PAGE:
A Comparative Analysis of Designed Artificial Reefs as Ecosystem Service Providers: Building Social-Ecological Resilience on Atoll Islands
Schut, Kaj T.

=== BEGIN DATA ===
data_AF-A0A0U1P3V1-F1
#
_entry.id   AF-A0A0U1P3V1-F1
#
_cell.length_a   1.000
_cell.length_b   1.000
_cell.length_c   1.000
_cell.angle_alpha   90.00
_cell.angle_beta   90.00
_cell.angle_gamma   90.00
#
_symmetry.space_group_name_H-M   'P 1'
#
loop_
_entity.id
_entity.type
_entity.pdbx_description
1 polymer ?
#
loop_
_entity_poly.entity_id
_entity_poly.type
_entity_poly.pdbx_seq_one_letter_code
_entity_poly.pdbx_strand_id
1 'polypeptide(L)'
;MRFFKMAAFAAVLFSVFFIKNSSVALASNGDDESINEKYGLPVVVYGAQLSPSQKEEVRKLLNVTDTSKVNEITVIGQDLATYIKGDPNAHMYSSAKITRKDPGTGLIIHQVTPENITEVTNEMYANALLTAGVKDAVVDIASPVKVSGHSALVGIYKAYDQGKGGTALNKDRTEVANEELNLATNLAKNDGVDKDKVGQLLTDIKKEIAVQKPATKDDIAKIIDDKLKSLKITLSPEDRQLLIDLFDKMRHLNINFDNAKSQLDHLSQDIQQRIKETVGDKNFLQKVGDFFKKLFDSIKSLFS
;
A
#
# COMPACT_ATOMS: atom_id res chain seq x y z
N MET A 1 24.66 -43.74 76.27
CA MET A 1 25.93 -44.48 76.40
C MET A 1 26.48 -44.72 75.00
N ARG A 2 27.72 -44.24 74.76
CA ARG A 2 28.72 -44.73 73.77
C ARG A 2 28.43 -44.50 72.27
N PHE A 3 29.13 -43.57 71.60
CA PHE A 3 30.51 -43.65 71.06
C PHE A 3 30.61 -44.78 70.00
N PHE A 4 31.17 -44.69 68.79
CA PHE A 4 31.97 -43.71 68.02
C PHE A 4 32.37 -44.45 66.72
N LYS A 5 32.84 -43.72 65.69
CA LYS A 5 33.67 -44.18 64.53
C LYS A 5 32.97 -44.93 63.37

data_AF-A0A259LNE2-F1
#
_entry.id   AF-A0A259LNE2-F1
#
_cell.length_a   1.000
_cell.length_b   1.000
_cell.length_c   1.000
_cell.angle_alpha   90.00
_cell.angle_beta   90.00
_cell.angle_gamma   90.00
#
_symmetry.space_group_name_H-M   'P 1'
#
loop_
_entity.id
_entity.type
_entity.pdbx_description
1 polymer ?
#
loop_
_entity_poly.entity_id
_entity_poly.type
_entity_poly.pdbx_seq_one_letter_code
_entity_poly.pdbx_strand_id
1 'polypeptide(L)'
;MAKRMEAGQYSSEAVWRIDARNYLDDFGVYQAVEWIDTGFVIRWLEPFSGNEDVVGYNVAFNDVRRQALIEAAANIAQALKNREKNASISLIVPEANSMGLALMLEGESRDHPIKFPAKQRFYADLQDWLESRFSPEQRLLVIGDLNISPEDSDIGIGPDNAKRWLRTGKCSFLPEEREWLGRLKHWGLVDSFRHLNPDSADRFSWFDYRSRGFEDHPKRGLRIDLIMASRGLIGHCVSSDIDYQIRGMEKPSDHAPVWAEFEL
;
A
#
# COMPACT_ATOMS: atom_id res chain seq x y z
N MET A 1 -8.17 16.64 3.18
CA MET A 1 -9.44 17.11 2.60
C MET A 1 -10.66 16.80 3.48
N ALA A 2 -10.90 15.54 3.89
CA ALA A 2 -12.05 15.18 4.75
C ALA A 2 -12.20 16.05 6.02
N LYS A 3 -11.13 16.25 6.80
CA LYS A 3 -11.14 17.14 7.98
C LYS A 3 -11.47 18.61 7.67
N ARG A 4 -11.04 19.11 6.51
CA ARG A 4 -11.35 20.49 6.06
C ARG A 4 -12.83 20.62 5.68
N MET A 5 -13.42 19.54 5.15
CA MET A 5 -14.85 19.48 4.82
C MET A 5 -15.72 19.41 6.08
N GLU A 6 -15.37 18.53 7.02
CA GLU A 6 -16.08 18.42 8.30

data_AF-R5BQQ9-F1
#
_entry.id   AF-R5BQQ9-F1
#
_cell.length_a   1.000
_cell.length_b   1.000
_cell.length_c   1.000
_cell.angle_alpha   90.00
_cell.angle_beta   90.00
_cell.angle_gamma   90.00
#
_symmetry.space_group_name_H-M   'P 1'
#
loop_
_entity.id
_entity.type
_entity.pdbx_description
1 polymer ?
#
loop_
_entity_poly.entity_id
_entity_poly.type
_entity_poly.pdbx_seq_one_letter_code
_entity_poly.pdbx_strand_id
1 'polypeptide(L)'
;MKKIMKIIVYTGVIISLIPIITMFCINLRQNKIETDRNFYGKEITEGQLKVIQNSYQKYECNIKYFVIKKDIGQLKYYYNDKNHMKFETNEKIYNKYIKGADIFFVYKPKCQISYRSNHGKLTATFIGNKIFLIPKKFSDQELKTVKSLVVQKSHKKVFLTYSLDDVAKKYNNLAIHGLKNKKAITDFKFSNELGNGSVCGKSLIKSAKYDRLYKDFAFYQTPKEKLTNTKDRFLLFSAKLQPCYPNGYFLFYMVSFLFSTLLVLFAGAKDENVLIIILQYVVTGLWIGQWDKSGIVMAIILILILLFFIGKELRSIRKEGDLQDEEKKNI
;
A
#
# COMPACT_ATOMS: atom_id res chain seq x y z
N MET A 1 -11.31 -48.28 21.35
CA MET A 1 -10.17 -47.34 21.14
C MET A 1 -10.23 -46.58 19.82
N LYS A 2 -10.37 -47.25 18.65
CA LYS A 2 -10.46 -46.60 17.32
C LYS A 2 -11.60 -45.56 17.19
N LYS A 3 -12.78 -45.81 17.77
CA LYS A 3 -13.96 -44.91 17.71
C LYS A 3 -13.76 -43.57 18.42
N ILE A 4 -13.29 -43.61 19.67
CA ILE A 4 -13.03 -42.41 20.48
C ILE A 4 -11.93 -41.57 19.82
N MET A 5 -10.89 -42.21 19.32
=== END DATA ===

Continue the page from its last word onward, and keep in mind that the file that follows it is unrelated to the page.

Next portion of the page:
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Coral reef ecosystems are under increasing threat from climatic and anthropogenic pressures. Research has revealed that approximately twenty per cent of the world’s coral reefs have already been degraded and it has been predicted that an additional twenty per cent will be lost if no action is taken. This is particularly problematic for the inhabitants of atoll islands who depend greatly on the goods and services provided by coral reefs. This study suggests that the resilience of social and ecological systems can be strengthened by securing the provision of coral reef ecosystem services at all times and reducing the pressure of external disturbances on natural coral reef systems. Consequently, this study synthesises concepts that are associated with social-ecological resilience and presents a new framework for the evaluation of the coral reef restoration technique commonly known as ‘designed artificial reef’. The results suggest that the designed artificial reefs discussed in this study can contribute to the social-ecological resilience of atoll islands by providing additional provisioning, regulating and cultural services and should therefore be considered in future discussions on adaptation to climate change.